Become a Member
Guides and Reports
Show All »
Metrics & ROI
Search Engine Marketing
More Marketing Topics »
See All »
Schedule of Events
Virtual Conference Series
Products and Services
Post a Question
Quick Start Guide
Find and Post Jobs
Real-World Education for Modern Marketers
Join Over 611,000 Marketing Professionals
Ask your question ... sign up today! It's FREE!
Just for Fun
MProfs PRO Seminar Q&A
Search more Know-How Exchange Q&A from Marketing Experts
This question has been answered, and points have been awarded.
Non-traditional Revenue (ntr)
Posted by Anonymous on
9/29/2004 at 3:34 PM ET
I know all about NTR or non-traditional revenue sources for radio / broadcasting industry. But I'm searching for non-traditional revenue sources for the print industry. Not sure if this is something the US publishing industry (esp magazines) encounter and if so what do they consider NTR.
9/29/2004 at 6:33 PM
NTR (Non Traditional Revenue): - This is revenue generated by special projects that may or may not directly involve on-the-air traditional Commercial Advertising campaigns. It may involve a single Radio Station or may involve commonly owned "clusters" of stations in an area. Typical examples would be Bridal Fairs, Job Fairs, Home Shows, Internet or other non-broadcast Advertising, Printed Discount Booklets, Stage Shows, Selling Station "logowear"-- in fact anything not directly related to a simple broadcast schedule on a single radio station. Some Stations run these orders on the same Traffic System for billing purposes, but do not include them on the actual Program Logs. Other Stations have elected to add a second Traffic System in order to keep entirely separate record keeping of this non-broadcast related revenue. The advantages of separate billing is the elimination of paying royalty fees on this non-station related income to music licensing firms such as ASCAP, BMI and/or SESAC.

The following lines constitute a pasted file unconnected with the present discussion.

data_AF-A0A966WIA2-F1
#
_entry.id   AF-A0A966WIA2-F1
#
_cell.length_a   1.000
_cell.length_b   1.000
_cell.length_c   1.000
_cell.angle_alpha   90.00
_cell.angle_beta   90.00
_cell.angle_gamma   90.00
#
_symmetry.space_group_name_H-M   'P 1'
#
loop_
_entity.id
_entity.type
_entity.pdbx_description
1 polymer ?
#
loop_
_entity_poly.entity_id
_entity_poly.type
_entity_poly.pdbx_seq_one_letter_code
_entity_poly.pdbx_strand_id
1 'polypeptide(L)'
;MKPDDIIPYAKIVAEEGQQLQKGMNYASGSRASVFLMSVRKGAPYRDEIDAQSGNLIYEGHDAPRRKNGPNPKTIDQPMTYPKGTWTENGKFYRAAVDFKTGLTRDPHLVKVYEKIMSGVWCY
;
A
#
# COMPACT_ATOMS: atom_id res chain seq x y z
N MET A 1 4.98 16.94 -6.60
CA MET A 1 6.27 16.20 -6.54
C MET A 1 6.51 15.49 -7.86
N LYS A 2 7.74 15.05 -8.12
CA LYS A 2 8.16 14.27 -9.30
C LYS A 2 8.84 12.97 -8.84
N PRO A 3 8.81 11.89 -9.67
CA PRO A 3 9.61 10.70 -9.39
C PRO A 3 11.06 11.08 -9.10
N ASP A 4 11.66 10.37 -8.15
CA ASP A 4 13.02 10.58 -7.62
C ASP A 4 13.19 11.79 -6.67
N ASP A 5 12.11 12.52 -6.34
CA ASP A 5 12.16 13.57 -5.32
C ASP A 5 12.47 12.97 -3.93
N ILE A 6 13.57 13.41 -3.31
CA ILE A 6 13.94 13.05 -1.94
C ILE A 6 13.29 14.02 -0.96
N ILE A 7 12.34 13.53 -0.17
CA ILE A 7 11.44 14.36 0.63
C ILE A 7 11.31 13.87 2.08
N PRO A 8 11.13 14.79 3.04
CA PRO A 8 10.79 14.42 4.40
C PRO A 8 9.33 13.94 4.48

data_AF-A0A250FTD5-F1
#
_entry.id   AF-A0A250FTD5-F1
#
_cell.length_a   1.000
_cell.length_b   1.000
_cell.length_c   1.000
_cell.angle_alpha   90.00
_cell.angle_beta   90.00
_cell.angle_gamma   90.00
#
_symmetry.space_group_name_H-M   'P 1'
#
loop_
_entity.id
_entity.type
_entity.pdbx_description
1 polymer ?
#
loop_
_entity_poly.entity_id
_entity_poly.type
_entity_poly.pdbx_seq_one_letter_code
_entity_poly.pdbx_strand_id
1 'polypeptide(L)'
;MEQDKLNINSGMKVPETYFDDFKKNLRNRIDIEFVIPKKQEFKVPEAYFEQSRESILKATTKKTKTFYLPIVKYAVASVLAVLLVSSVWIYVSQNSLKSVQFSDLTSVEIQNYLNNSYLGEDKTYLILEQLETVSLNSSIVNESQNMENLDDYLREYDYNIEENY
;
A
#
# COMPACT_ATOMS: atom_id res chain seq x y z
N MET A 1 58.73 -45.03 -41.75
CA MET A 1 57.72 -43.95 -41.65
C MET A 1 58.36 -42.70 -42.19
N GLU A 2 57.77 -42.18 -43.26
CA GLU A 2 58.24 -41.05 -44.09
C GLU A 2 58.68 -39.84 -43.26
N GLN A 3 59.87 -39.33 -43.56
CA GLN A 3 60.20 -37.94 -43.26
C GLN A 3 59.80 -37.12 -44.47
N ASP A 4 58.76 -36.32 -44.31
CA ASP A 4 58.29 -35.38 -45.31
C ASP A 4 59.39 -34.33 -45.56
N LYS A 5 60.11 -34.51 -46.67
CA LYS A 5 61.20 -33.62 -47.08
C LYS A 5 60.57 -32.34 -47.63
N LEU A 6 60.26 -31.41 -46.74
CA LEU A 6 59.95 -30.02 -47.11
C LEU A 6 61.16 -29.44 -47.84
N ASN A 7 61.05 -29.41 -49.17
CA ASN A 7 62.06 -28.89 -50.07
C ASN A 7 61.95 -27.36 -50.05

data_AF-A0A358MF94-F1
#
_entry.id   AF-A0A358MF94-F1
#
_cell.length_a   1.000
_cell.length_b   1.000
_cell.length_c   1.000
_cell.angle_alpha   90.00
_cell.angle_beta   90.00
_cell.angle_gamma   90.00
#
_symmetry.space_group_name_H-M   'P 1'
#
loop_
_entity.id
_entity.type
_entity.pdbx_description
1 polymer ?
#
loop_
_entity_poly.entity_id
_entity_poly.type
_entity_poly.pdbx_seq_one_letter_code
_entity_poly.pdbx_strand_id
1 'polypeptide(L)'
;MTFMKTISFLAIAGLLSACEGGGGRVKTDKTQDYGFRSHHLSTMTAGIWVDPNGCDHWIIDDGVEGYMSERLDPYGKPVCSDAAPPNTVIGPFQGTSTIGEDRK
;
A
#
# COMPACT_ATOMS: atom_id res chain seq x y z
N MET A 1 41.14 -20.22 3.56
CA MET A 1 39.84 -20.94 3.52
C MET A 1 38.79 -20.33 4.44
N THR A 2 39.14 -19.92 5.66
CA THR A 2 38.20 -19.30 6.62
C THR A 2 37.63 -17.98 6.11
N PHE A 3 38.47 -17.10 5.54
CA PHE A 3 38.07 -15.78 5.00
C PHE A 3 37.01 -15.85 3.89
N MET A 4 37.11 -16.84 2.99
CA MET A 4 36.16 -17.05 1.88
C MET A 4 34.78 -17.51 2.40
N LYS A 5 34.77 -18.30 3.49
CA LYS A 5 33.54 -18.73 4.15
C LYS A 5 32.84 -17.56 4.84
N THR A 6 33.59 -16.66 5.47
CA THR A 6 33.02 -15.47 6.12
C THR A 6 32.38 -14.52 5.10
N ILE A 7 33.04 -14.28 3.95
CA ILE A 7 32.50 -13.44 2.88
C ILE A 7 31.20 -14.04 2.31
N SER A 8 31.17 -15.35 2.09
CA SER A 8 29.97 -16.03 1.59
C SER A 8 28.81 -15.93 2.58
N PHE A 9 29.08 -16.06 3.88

By definition NTR is non-traditional to broadcast. Your question seems to imply that a non-traditional revenue model for print might exist outside of the US publishing industry. Is this the case?
Peter (henna gaijin)
9/29/2004 at 6:36 PM
I think it would apply to print publications also. Many magazines that are industry specific also hold trade shows or seminars, which I think would fall under NTR. Some also publish special publications (like buyer's guides), which are separate from their normal publications.
9/29/2004 at 10:42 PM
Competitions are becoming one of the biggest areas for print to earn some extra cash.
Effectively they either co-opt a competition for a major brand or they co-opt with an alternative piece of technology like SMS poll voting where the revenue is shared.
Also the print industry is including 'what do you think...?' vox pop questions asking people to sms or ring a 0055 number to vote. These are cash cows.
10/5/2004 at 7:06 AM
I know this is closed, but...
Check out the "freq club" at
for an example of a radio station that has developed a loyalty club with perpetual competitions and supplier-sponsored prizes, incorporates SMS response etc...
Maybe it's a copy of something already done in the USA, but I am sure it works its socks off.
If interested contact me via my profile and I will give you contact details for the station CEO.
BACK TO TOP
Post a Comment
What the ALS Ice Bucket Challenge Can Teach Us About Content ...
by Lauren Covello
Five Branding Characteristics That Connect With Women (Without ...
by Megan Stephens
This Writing GPS Helps You Create Ridiculously Good Content
by Ann Handley
The Work Expectations of Generations Y and Z
by Ayaz Nanji
How to Overcome the 'No Time to Create Content' Challenge
by Joe Chernov
See more marketing articles »
MarketingProfs uses single
sign-on with Facebook, Twitter, Google and others to make subscribing and signing in easier for you. That's it, and nothing more! Rest assured that
provide your social data to 3rd parties
contact friends on your network
post messages on your behalf
interact with your social accounts
Your data is secure with